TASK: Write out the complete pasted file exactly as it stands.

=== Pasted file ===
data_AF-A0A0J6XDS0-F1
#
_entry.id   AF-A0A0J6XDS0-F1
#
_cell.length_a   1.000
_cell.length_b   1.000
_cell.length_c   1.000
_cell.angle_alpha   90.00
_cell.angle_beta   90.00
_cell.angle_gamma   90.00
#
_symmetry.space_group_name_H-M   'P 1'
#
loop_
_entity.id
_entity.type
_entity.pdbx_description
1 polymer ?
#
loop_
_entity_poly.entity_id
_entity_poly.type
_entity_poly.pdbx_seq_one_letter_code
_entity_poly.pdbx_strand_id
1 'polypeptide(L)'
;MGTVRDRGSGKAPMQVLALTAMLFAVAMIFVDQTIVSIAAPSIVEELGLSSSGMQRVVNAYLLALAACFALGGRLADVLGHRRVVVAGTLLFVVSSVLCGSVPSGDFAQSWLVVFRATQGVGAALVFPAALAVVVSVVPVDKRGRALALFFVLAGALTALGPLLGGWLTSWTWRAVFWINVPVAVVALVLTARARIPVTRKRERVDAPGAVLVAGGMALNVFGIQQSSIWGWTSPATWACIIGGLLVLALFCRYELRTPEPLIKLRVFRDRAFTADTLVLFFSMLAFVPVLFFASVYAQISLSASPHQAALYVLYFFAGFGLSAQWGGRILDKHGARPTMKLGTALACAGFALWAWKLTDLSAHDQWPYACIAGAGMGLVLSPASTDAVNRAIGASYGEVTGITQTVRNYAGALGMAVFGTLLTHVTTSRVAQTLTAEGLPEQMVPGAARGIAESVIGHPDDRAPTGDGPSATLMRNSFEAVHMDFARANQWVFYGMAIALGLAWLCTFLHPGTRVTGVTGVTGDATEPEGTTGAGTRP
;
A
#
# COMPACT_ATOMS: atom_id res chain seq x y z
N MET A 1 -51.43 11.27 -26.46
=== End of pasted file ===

data_AF-A0A0J6XDS0-F1
#
_entry.id   AF-A0A0J6XDS0-F1
#
_cell.length_a   1.000
_cell.length_b   1.000
_cell.length_c   1.000
_cell.angle_alpha   90.00
_cell.angle_beta   90.00
_cell.angle_gamma   90.00
#
_symmetry.space_group_name_H-M   'P 1'
#
loop_
_entity.id
_entity.type
_entity.pdbx_description
1 polymer ?
#
loop_
_entity_poly.entity_id
_entity_poly.type
_entity_poly.pdbx_seq_one_letter_code
_entity_poly.pdbx_strand_id
1 'polypeptide(L)'
;MGTVRDRGSGKAPMQVLALTAMLFAVAMIFVDQTIVSIAAPSIVEELGLSSSGMQRVVNAYLLALAACFALGGRLADVLGHRRVVVAGTLLFVVSSVLCGSVPSGDFAQSWLVVFRATQGVGAALVFPAALAVVVSVVPVDKRGRALALFFVLAGALTALGPLLGGWLTSWTWRAVFWINVPVAVVALVLTARARIPVTRKRERVDAPGAVLVAGGMALNVFGIQQSSIWGWTSPATWACIIGGLLVLALFCRYELRTPEPLIKLRVFRDRAFTADTLVLFFSMLAFVPVLFFASVYAQISLSASPHQAALYVLYFFAGFGLSAQWGGRILDKHGARPTMKLGTALACAGFALWAWKLTDLSAHDQWPYACIAGAGMGLVLSPASTDAVNRAIGASYGEVTGITQTVRNYAGALGMAVFGTLLTHVTTSRVAQTLTAEGLPEQMVPGAARGIAESVIGHPDDRAPTGDGPSATLMRNSFEAVHMDFARANQWVFYGMAIALGLAWLCTFLHPGTRVTGVTGVTGDATEPEGTTGAGTRP
;
A
#
# COMPACT_ATOMS: atom_id res chain seq x y z
N MET A 1 -51.43 11.27 -26.46